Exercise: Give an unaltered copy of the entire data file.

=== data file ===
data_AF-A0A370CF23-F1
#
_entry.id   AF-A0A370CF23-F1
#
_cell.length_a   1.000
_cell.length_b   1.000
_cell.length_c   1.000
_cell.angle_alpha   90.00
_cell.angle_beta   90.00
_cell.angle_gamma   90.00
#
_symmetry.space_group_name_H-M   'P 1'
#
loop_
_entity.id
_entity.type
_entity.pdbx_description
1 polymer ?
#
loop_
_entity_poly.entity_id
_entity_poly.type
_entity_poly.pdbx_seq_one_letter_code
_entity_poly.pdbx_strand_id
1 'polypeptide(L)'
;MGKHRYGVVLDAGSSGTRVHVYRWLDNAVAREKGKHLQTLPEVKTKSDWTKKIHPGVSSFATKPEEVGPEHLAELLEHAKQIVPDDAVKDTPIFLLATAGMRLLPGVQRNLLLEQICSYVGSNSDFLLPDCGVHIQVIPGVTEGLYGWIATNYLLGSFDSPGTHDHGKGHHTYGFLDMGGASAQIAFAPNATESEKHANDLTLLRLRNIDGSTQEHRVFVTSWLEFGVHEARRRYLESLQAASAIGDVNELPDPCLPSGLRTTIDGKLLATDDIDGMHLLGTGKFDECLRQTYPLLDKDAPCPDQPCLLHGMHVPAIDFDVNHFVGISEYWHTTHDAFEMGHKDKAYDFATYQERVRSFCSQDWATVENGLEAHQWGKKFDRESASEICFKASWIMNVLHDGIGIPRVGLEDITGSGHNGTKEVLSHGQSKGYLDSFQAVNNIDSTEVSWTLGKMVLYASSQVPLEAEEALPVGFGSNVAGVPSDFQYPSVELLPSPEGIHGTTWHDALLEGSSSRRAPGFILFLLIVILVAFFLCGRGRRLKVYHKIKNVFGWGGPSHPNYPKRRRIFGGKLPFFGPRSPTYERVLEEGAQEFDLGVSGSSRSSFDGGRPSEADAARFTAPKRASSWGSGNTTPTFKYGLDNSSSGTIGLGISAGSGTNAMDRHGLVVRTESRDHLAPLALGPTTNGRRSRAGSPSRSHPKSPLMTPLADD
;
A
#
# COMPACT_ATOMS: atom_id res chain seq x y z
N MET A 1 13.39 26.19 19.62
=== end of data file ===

data_AF-A0A370CF23-F1
#
_entry.id   AF-A0A370CF23-F1
#
_cell.length_a   1.000
_cell.length_b   1.000
_cell.length_c   1.000
_cell.angle_alpha   90.00
_cell.angle_beta   90.00
_cell.angle_gamma   90.00
#
_symmetry.space_group_name_H-M   'P 1'
#
loop_
_entity.id
_entity.type
_entity.pdbx_description
1 polymer ?
#
loop_
_entity_poly.entity_id
_entity_poly.type
_entity_poly.pdbx_seq_one_letter_code
_entity_poly.pdbx_strand_id
1 'polypeptide(L)'
;MGKHRYGVVLDAGSSGTRVHVYRWLDNAVAREKGKHLQTLPEVKTKSDWTKKIHPGVSSFATKPEEVGPEHLAELLEHAKQIVPDDAVKDTPIFLLATAGMRLLPGVQRNLLLEQICSYVGSNSDFLLPDCGVHIQVIPGVTEGLYGWIATNYLLGSFDSPGTHDHGKGHHTYGFLDMGGASAQIAFAPNATESEKHANDLTLLRLRNIDGSTQEHRVFVTSWLEFGVHEARRRYLESLQAASAIGDVNELPDPCLPSGLRTTIDGKLLATDDIDGMHLLGTGKFDECLRQTYPLLDKDAPCPDQPCLLHGMHVPAIDFDVNHFVGISEYWHTTHDAFEMGHKDKAYDFATYQERVRSFCSQDWATVENGLEAHQWGKKFDRESASEICFKASWIMNVLHDGIGIPRVGLEDITGSGHNGTKEVLSHGQSKGYLDSFQAVNNIDSTEVSWTLGKMVLYASSQVPLEAEEALPVGFGSNVAGVPSDFQYPSVELLPSPEGIHGTTWHDALLEGSSSRRAPGFILFLLIVILVAFFLCGRGRRLKVYHKIKNVFGWGGPSHPNYPKRRRIFGGKLPFFGPRSPTYERVLEEGAQEFDLGVSGSSRSSFDGGRPSEADAARFTAPKRASSWGSGNTTPTFKYGLDNSSSGTIGLGISAGSGTNAMDRHGLVVRTESRDHLAPLALGPTTNGRRSRAGSPSRSHPKSPLMTPLADD
;
A
#
# COMPACT_ATOMS: atom_id res chain seq x y z
N MET A 1 13.39 26.19 19.62